Through stately vaulted epochs, nature lies.
Within the grand exterior abide
Its cramped curated corridors. Surmise
How densely braided narrows add up wide.
Exhaustive alcoves crib and fossilize,
With plastered captioned fact, the herds that died.
Museums grant, when sparing no expenses,
A teeming shrine of archived consequences.
Behold how dolphin skeletons must soar
To make way for hyped Mesozoic blight.
Famed Allosaurus claims the central floor;
Its Aves heirs sit shelved nigh out of sight.
Small upstart mammals loiter near the door
To offshoot hallways lined with all things -ite.
Yes, even geodes—banished to the border—
Succumb to dead T-Rex’s pecking order.
The above two stanzas comprise a partial takeaway from my recent visit to the University of Michigan’s Museum of Natural History. I went there for a science-themed artist date, following a week which included some frustrating writer’s block. I decided to practice a poetic form called ottava rima. As should be readily apparent when reading, the meter is iambic pentameter and the rhyme scheme is abababcc.
As humans explore Mars, and even the moons of Jupiter and Saturn, we hunt for the very types of things showcased in our natural history museums. Visit them. Take stock of your reactions. And if you are so inclined, write a poem after!
For more poetry-focused posts, visit the Poetry Tag.
Okay, I was a bit star struck. The above encounter involved me shuffling along the front of the stage in jeans and a NASA t-shirt as Charles Bolden, NASA Administrator, looked over his speech prior to a televised press conference. The encounter took place shortly before a 25th Anniversary Celebration of the Hubble Space Telescope, held at the Newseum in downtown Washington D.C. I attended as part of a NASA Social.
Full disclosure: I passed in front of the small stage by myself. I am 6′ 1″, chubby, and had a big NASA “meatball” logo on my chest; the man had no choice but to notice me. Furthermore I was sheepish and failed to say hello or even nod. But still, for a moment, the leader of our nation’s space program took note of me.
That was April 23, 2015. On January 20th of this year, Bolden resigned as NASA’s Administrator. He will be missed at the helm.
From my perspective, Administrator Bolden oversaw an era of robotic space exploration that may be called a golden age. As an astronaut, he played a firsthand role in deploying and maintaining the Hubble Space Telescope. As Administrator he oversaw some of our greatest missions: Cassini (Saturn), Curiosity (Mars), and New Horizons (Pluto). My “golden age” assertion comes by way of the incredible joy and sense of adventure I have experienced as a space enthusiast in recent years.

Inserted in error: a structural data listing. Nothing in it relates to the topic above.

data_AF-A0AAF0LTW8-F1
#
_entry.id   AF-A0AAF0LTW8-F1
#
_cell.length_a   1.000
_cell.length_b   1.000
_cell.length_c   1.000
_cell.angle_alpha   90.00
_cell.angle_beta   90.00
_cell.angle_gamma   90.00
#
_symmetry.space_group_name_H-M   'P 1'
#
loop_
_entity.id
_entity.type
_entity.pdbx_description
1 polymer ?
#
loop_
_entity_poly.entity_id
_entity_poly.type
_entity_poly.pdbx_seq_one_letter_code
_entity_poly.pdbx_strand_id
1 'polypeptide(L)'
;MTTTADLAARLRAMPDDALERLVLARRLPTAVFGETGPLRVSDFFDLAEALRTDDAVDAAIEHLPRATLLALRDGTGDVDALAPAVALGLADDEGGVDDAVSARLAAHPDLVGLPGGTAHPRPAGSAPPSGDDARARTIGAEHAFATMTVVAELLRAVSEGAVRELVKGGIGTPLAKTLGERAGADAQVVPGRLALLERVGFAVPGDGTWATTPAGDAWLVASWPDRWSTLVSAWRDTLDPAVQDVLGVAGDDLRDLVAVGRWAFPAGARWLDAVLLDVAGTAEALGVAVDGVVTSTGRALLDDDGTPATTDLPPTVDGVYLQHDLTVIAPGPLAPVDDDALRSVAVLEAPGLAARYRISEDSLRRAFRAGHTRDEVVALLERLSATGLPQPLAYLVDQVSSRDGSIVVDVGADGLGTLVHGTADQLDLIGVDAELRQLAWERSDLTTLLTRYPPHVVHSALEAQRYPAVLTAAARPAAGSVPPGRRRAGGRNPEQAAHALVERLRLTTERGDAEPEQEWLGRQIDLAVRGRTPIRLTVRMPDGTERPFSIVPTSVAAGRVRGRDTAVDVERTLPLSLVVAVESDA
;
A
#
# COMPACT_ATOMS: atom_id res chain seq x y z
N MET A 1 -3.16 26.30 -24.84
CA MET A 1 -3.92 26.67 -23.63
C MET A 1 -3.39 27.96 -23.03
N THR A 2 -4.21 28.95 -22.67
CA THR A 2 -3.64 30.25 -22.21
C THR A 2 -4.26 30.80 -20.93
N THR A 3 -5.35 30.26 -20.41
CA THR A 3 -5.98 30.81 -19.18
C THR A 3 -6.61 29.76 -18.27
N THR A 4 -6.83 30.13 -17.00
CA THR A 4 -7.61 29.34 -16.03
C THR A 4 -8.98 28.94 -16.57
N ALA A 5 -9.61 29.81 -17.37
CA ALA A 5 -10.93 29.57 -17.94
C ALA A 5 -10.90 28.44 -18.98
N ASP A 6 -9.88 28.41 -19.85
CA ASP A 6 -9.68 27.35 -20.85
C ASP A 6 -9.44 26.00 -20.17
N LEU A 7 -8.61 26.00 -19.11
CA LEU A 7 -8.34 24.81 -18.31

In honor of Major General Bolden, here are a couple of quotes from an address he gave in 2012 on Martin Luther King Jr. Day. Notwithstanding his own considerable accomplishments at NASA and in the Marines, Bolden expressed awe standing at the same podium once used by Dr. King. Bolden’s profound remarks note a unity of purpose while contrasting King’s non-violent work with his own military service. The full speech, only a few pages, is well worth the read:
“Modern man has brought this whole world to an awe-inspiring threshold of the future. He has reached new and astonishing peaks of scientific success. … We have learned to fly the air like birds and swim the sea like fish, but we have not learned the simple art of living together as brothers.”
—Martin Luther King, 1964, quoted by Charles Bolden
“I am proud to serve a President and a country that have given NASA the mandate and the resources to honor Dr. King’s dream by reaching new heights and revealing the unknown so that what we do and learn will benefit all humankind.”
Here is a previous post about Administrator Bolden’s Senate Confirmation remarks:
Having scaled back my rate of posting, I invite you to hop over to my other blog for the reason why. Many Lit for Space posts focus on the intersection of poetry and space exploration. Recently I’ve been going all the way into poetry, learning more about form and style with a delightful book called The Ode Less Travelled: Unlocking the Poet Within. The exercises in this book are happily taking up much of my reading and writing time.